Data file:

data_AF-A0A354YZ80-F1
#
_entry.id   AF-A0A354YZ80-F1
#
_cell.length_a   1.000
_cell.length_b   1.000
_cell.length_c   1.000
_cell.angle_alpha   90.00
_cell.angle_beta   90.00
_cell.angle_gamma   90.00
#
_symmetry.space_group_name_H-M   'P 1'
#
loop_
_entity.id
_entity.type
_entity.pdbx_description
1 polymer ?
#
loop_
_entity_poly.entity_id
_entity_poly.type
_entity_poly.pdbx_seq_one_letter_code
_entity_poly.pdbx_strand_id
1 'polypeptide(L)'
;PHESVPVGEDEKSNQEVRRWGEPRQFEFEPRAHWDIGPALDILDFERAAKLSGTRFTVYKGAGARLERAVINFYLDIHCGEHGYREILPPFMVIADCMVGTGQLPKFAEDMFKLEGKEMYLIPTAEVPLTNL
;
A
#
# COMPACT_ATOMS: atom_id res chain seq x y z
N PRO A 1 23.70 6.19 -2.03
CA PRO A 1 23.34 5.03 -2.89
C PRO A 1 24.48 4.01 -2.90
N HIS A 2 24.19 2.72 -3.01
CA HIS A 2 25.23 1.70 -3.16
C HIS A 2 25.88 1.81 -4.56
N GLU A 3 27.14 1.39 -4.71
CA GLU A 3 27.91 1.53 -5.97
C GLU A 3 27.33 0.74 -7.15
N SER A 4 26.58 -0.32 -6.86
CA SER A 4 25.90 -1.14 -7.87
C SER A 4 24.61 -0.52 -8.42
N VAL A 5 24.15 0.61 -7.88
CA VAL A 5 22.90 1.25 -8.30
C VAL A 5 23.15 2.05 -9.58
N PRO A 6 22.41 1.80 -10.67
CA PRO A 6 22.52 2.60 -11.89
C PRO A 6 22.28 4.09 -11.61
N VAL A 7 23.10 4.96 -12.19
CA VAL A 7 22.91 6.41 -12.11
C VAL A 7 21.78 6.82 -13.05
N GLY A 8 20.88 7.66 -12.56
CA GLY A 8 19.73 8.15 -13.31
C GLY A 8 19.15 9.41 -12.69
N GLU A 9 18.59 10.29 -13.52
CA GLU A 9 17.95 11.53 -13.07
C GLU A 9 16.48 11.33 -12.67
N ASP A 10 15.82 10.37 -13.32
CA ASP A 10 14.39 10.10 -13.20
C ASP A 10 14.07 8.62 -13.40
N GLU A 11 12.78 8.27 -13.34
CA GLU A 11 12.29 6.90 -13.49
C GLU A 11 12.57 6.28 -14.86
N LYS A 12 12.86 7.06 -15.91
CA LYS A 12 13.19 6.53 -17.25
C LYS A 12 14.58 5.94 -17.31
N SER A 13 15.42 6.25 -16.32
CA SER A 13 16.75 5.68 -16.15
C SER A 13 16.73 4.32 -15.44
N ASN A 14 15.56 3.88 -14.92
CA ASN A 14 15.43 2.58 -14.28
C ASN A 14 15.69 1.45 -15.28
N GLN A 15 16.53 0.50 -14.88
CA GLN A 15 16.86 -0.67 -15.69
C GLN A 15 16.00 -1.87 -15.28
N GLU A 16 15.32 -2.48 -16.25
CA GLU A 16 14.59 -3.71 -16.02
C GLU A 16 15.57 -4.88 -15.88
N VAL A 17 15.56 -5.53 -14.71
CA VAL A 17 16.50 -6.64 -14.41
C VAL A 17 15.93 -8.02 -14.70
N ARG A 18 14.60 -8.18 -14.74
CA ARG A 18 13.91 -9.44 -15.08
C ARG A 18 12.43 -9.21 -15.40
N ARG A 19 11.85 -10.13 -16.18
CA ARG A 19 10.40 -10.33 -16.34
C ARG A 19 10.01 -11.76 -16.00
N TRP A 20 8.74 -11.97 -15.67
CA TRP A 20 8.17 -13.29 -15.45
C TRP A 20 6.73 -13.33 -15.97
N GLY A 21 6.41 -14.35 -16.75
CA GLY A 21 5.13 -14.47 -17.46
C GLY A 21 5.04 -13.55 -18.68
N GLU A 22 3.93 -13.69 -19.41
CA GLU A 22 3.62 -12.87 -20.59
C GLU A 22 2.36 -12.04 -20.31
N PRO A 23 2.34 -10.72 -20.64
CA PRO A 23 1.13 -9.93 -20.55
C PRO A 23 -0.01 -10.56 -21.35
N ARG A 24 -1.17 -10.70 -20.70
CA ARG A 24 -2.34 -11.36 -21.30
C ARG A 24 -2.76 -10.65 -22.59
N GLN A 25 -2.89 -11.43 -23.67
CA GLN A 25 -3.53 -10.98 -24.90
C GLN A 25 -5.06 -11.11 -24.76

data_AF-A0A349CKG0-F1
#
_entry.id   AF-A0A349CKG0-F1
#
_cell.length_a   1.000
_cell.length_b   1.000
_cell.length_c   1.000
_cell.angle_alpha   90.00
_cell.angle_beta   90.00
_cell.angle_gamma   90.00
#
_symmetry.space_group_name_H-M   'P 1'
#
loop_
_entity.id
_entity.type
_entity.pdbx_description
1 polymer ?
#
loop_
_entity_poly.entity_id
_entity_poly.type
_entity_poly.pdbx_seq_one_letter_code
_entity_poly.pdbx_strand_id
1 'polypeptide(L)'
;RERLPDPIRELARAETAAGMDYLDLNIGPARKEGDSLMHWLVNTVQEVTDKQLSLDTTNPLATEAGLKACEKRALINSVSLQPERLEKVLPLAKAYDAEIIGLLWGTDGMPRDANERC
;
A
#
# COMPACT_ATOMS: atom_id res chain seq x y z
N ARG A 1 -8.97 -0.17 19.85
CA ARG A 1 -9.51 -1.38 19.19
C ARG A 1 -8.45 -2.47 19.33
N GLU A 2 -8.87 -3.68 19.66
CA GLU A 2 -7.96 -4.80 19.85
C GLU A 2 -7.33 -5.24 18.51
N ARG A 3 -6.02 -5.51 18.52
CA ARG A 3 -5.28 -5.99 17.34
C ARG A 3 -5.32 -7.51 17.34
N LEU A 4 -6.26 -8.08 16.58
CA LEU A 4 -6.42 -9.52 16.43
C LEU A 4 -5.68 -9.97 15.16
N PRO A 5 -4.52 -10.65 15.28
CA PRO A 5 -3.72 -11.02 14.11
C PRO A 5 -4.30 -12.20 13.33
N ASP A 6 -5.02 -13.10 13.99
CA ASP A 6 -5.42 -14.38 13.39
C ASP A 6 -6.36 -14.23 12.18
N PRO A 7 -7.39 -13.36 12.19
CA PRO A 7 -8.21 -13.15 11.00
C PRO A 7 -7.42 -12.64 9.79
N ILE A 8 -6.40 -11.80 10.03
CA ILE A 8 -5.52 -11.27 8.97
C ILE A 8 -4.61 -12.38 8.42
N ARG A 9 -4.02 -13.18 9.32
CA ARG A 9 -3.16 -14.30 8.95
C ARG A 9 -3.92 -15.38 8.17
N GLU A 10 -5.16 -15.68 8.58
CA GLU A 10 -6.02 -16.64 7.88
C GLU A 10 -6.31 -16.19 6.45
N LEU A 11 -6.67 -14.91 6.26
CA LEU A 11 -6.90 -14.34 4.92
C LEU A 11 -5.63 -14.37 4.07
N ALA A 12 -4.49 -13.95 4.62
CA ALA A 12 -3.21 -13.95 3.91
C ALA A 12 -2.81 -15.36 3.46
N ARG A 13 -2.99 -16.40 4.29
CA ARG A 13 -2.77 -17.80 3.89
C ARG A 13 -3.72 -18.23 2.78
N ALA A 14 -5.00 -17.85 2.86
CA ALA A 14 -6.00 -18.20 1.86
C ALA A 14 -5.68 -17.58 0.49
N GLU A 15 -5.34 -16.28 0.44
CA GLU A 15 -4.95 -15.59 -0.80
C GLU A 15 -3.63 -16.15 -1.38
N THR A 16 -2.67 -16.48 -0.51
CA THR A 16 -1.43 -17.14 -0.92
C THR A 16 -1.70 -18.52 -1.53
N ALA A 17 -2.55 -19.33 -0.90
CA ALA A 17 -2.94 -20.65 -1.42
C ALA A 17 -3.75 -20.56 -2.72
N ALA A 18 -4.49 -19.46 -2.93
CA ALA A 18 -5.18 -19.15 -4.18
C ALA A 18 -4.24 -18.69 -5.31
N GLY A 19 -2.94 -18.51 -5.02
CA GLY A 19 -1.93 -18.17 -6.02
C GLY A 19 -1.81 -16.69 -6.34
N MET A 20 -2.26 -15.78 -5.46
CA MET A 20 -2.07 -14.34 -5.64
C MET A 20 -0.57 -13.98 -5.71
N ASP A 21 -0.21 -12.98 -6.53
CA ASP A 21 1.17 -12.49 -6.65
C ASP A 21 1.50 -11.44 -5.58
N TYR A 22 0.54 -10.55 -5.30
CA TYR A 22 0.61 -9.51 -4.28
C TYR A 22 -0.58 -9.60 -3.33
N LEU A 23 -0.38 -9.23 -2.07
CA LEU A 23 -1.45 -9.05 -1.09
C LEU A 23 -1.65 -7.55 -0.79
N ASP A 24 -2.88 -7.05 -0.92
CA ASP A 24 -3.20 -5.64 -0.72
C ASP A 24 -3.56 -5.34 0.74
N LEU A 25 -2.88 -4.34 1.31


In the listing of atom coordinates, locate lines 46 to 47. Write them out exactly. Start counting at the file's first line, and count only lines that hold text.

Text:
N PRO A 6 22.41 1.80 -10.67
CA PRO A 6 22.52 2.60 -11.89